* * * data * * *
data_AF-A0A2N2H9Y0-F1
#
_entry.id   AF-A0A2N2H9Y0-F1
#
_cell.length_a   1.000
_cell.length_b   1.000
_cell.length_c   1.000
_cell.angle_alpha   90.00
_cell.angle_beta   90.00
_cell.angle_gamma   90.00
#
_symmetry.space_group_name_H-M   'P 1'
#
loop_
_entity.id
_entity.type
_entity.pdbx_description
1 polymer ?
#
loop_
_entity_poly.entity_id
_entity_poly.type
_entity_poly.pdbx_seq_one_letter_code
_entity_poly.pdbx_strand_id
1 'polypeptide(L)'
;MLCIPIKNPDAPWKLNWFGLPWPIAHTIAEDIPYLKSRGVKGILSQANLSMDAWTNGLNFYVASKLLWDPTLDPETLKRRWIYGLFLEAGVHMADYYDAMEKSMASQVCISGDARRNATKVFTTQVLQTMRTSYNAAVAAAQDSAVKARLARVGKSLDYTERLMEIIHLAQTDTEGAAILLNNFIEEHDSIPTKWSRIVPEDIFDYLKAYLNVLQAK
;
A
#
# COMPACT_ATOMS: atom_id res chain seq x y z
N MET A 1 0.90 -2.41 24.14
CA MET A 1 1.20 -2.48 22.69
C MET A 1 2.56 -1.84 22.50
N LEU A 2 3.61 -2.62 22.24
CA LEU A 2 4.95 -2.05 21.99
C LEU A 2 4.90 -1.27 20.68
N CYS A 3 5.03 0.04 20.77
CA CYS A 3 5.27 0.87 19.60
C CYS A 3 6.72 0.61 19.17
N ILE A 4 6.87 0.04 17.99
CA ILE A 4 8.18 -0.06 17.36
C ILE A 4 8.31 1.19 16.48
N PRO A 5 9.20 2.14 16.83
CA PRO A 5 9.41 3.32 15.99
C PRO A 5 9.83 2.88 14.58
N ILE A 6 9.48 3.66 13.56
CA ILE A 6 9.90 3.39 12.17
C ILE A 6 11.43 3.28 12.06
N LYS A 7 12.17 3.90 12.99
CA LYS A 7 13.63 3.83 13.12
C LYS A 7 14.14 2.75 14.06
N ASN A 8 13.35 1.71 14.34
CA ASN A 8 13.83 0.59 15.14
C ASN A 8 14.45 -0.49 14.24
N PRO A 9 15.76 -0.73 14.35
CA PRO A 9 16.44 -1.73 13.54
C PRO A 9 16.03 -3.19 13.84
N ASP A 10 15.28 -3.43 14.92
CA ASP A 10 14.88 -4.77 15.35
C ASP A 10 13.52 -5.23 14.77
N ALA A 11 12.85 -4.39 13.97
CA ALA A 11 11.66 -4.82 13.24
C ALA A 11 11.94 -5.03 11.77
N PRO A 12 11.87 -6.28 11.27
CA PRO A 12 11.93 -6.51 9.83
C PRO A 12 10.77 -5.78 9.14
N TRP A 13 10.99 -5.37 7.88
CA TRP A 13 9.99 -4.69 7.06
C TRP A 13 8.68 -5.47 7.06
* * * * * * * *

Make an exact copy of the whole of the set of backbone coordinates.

data_AF-A0A2N2H9Y0-F1
#
_entry.id   AF-A0A2N2H9Y0-F1
#
_cell.length_a   1.000
_cell.length_b   1.000
_cell.length_c   1.000
_cell.angle_alpha   90.00
_cell.angle_beta   90.00
_cell.angle_gamma   90.00
#
_symmetry.space_group_name_H-M   'P 1'
#
loop_
_entity.id
_entity.type
_entity.pdbx_description
1 polymer ?
#
loop_
_entity_poly.entity_id
_entity_poly.type
_entity_poly.pdbx_seq_one_letter_code
_entity_poly.pdbx_strand_id
1 'polypeptide(L)'
;MLCIPIKNPDAPWKLNWFGLPWPIAHTIAEDIPYLKSRGVKGILSQANLSMDAWTNGLNFYVASKLLWDPTLDPETLKRRWIYGLFLEAGVHMADYYDAMEKSMASQVCISGDARRNATKVFTTQVLQTMRTSYNAAVAAAQDSAVKARLARVGKSLDYTERLMEIIHLAQTDTEGAAILLNNFIEEHDSIPTKWSRIVPEDIFDYLKAYLNVLQAK
;
A
#
# COMPACT_ATOMS: atom_id res chain seq x y z
N MET A 1 0.90 -2.41 24.14
CA MET A 1 1.20 -2.48 22.69
C MET A 1 2.56 -1.84 22.50
N LEU A 2 3.61 -2.62 22.24
CA LEU A 2 4.95 -2.05 21.99
C LEU A 2 4.90 -1.27 20.68
N CYS A 3 5.03 0.04 20.77
CA CYS A 3 5.27 0.87 19.60
C CYS A 3 6.72 0.61 19.17
N ILE A 4 6.87 0.04 17.99
CA ILE A 4 8.18 -0.06 17.36
C ILE A 4 8.31 1.19 16.48
N PRO A 5 9.20 2.14 16.83
CA PRO A 5 9.41 3.32 15.99
C PRO A 5 9.83 2.88 14.58
N ILE A 6 9.48 3.66 13.56
CA ILE A 6 9.90 3.39 12.17
C ILE A 6 11.43 3.28 12.06
N LYS A 7 12.17 3.90 12.99
CA LYS A 7 13.63 3.83 13.12
C LYS A 7 14.14 2.75 14.06
N ASN A 8 13.35 1.71 14.34
CA ASN A 8 13.83 0.59 15.14
C ASN A 8 14.45 -0.49 14.24
N PRO A 9 15.76 -0.73 14.35
CA PRO A 9 16.44 -1.73 13.54
C PRO A 9 16.03 -3.19 13.84
N ASP A 10 15.28 -3.43 14.92
CA ASP A 10 14.88 -4.77 15.35
C ASP A 10 13.52 -5.23 14.77
N ALA A 11 12.85 -4.39 13.97
CA ALA A 11 11.66 -4.82 13.24
C ALA A 11 11.94 -5.03 11.77
N PRO A 12 11.87 -6.28 11.27
CA PRO A 12 11.93 -6.51 9.83
C PRO A 12 10.77 -5.78 9.14
N TRP A 13 10.99 -5.37 7.88
CA TRP A 13 9.99 -4.69 7.06
C TRP A 13 8.68 -5.47 7.06